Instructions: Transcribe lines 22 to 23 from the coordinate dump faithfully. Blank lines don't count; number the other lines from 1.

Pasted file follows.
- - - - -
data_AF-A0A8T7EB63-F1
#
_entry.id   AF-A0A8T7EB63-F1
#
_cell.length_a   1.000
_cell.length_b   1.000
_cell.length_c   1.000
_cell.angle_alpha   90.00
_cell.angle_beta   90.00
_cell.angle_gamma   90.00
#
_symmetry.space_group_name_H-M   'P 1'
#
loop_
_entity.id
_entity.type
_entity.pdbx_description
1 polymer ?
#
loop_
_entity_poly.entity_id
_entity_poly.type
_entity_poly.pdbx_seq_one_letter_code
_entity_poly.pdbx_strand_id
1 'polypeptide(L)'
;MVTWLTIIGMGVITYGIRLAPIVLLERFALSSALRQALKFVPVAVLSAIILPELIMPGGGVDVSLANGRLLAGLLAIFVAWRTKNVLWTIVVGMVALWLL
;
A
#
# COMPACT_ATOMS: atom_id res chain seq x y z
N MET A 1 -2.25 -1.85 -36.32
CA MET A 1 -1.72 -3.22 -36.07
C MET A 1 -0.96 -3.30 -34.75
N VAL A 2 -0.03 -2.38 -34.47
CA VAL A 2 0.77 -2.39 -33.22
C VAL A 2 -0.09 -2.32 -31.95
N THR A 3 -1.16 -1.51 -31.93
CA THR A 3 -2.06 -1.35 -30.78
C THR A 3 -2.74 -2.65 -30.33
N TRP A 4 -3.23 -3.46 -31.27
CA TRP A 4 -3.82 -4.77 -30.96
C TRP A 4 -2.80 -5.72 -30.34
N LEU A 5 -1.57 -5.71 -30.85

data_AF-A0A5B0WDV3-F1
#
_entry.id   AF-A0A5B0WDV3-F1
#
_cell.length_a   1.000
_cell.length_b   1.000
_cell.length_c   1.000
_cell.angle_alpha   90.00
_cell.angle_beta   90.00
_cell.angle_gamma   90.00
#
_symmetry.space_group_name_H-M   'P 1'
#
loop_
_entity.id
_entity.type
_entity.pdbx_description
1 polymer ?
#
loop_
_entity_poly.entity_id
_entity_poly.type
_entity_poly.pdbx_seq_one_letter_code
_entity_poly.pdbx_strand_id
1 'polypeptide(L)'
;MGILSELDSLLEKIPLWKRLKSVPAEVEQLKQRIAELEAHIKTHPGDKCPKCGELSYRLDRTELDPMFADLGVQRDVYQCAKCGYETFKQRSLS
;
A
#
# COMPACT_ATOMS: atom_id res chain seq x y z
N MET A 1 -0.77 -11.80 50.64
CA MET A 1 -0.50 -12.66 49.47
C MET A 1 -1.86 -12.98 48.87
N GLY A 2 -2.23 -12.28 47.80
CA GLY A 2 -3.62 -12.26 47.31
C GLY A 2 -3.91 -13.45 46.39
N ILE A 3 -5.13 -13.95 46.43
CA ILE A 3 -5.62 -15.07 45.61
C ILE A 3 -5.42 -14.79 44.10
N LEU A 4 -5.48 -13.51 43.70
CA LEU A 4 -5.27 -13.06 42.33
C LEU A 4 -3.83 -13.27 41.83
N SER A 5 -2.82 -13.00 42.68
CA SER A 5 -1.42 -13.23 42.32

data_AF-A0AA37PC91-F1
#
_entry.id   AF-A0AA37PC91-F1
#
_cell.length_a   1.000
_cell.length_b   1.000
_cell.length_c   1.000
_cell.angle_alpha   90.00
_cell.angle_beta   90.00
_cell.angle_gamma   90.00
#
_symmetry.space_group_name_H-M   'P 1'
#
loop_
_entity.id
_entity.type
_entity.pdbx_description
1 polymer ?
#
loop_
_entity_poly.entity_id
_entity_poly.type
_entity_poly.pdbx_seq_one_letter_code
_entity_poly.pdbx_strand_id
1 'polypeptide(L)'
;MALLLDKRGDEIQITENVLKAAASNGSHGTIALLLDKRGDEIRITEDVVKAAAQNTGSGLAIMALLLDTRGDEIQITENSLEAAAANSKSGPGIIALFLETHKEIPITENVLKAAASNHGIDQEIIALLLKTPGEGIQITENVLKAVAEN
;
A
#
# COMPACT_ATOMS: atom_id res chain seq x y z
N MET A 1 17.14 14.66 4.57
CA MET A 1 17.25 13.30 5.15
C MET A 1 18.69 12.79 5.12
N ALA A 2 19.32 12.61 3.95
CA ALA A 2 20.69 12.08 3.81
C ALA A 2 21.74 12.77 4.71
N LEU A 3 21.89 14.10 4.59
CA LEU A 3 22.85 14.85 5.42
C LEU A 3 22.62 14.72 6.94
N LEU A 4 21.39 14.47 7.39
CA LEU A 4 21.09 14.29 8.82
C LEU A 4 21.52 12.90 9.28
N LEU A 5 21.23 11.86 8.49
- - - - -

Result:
_entity_poly.type
_entity_poly.pdbx_seq_one_letter_code